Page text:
We are willing to spend a lot of money to lose weight
The United States spends $33 billion per year to get thin. Yet, the Nutrisystem survey said 20% would forgo a promotion to lose weight, which makes no sense if you're going to spend $260 a month on prepackaged meal plans to do it. We spend money on doctors drugs and specialized foods to launch our weight loss plan, but we aren't willing to do what it takes to land the weight loss plane.
We continue to look for the magic weight loss pill or gadget, the quintessential device or supplement that will let us lose 50 pounds without effort in record time (for a price). We want instant weight loss gratification, but we don't want to give up or modify the foods we love.
The truth is that the real weight loss solution is truly within us. The reality of weight loss is that it takes time. You probably took a few years to pack on the 40 pounds, so it's likely to take a year or more to lose it. We don't have to go anywhere, spend extra money on people telling us about any "break through" principle or product. We don't have to order special food from anybody. Just pick up the food, turn it over and read the label; then decide for yourself, if it's a good idea to eat it.
Seriously, the only thing you need beside commitment to a healthier lifestyle, is a set of measuring spoons a measuring cup and a small food scale. You probably already have the spoons and cup, so all you need to do is spring for a food scale (usually under $15 in housewares). A Consumer Reports survey showed that the most successful dieters, who kept it off for more than 3 years, do it on their own. The NEJM published a study that says what diet you use doesn't really matter so much as sticking with it does.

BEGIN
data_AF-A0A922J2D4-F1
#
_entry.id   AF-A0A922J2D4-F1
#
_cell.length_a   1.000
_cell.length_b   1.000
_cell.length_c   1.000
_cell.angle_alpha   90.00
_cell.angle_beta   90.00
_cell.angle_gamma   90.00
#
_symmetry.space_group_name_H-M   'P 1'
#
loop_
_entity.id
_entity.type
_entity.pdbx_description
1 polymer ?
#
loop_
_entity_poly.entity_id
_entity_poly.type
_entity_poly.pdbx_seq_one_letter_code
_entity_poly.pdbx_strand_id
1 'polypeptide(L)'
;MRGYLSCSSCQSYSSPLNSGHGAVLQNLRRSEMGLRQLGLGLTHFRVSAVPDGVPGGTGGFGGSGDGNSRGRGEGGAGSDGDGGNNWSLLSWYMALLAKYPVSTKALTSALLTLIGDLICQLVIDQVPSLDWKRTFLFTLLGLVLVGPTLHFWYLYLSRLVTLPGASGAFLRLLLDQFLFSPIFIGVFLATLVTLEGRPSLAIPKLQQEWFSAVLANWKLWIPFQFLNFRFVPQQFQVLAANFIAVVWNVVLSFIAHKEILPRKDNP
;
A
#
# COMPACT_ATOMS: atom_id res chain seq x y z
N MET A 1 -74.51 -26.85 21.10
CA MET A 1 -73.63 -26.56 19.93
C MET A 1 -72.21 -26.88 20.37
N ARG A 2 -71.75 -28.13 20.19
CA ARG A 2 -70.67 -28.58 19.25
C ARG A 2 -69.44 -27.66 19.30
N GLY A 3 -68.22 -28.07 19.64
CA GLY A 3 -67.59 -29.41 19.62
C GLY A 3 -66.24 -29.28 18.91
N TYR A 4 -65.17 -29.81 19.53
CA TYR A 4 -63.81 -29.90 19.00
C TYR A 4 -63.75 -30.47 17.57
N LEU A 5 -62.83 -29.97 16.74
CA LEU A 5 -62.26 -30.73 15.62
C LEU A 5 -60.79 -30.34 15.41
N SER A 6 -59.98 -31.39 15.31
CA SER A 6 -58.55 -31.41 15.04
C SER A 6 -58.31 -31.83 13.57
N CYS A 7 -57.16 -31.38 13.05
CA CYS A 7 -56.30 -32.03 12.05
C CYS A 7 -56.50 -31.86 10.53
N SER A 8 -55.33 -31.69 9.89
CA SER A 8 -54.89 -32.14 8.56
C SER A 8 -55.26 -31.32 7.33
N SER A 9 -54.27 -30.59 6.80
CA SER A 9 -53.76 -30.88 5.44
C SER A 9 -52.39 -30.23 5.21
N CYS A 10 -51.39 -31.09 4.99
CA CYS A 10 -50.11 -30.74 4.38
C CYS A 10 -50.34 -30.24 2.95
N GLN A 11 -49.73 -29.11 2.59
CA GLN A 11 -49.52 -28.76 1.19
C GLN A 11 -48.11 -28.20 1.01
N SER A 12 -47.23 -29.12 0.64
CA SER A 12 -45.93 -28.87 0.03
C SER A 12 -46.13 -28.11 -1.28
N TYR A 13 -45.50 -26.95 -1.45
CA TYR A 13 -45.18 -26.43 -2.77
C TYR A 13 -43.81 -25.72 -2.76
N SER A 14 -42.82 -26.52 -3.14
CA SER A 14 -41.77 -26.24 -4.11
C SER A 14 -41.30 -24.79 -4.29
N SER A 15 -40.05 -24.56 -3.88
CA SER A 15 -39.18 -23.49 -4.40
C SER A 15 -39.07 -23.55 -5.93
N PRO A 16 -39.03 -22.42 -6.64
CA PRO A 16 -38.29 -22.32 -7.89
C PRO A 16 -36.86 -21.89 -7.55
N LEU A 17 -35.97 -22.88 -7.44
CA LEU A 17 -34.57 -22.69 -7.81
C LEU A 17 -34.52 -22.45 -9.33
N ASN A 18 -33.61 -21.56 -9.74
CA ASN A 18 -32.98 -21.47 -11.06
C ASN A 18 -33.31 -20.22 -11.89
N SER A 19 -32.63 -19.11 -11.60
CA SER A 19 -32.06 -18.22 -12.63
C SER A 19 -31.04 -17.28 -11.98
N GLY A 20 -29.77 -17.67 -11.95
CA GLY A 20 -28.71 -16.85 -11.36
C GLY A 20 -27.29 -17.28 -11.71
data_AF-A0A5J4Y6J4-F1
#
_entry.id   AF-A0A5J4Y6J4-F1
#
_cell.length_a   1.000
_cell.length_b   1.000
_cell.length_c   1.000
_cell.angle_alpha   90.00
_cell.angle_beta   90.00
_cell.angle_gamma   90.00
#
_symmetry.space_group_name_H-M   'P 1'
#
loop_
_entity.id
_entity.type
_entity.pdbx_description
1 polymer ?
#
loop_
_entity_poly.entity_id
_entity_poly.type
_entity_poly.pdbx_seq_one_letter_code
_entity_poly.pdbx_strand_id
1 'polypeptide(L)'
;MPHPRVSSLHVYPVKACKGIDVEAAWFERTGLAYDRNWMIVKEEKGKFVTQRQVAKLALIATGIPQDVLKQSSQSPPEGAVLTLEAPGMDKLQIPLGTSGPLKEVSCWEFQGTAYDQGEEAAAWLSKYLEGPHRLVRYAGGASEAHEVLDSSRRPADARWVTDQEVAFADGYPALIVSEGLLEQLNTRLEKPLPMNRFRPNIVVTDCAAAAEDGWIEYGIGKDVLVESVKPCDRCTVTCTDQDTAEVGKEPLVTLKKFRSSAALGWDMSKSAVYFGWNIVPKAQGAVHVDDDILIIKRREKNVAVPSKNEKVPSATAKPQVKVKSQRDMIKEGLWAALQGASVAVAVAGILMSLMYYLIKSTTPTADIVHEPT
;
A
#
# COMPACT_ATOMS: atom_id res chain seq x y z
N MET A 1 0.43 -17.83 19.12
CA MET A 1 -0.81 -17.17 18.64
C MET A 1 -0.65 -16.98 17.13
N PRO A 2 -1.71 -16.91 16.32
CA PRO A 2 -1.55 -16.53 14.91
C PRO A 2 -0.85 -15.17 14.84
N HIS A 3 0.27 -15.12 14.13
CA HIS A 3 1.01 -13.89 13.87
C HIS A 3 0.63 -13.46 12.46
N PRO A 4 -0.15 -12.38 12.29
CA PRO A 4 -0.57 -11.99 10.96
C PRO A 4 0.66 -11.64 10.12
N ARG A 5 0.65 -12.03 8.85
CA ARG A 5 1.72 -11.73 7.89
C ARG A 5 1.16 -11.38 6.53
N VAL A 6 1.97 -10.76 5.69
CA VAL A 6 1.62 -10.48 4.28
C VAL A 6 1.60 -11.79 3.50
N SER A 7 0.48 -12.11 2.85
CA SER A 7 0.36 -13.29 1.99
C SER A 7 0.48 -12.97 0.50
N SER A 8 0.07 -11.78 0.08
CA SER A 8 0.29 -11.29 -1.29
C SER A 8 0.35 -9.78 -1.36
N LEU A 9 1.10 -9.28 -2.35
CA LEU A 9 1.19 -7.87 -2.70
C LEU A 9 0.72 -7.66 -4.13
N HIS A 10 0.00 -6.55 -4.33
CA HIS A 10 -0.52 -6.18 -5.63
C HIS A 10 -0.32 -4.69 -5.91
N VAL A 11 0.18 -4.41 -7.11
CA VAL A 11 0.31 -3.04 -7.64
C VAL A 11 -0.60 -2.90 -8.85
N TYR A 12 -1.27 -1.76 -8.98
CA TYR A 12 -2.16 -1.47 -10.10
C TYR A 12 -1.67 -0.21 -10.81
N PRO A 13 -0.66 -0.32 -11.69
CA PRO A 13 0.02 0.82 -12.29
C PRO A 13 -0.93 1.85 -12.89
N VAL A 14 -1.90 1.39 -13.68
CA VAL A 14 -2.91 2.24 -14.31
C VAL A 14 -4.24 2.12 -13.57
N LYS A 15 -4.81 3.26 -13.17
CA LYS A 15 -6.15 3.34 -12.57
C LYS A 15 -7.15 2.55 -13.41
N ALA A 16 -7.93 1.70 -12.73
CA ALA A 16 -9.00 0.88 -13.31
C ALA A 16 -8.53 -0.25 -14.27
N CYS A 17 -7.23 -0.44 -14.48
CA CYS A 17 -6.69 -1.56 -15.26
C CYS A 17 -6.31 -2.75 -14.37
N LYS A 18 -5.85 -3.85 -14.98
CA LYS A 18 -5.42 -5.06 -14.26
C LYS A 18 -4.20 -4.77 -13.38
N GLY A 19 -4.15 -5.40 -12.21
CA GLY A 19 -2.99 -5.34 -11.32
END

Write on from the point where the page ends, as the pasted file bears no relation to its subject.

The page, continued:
A BMI calculator will tell you if you are at a healthy weight.
A BMR calculator will tell you how many calories you'll burn in a day for your activity level.
You want to figure out what you need to eat to burn 500-800 calories a day more than you eat. That will promote a weight loss of 1 - 1 1/2 pounds per week. Try to lose more and you risk falling off the wagon. I can give no advice on how to gain weight as I can do that with no trouble at all. I'm aware that this can be a problem for some people, but I can't imagine what it's like.
If you need help, this site is helpful in that it's accurate and has a supportive community. You can join, or not. If you join it will suggest a plan for you. You log your food or just use the calorie counter. It tells you what you are burning through the activities log. It's the least expensive method I've found and the more I use it, the smarter I get with food prep and meal planning. You eat what you want and the site calculates the damage. Over the weeks I've moved toward eating what I like, but naturally gravatating toward healtier fare. At least my family now knows why I'm forever pushing the fruits and vegetables (or slipping in a 1/4 cup of quinoa in with the rice).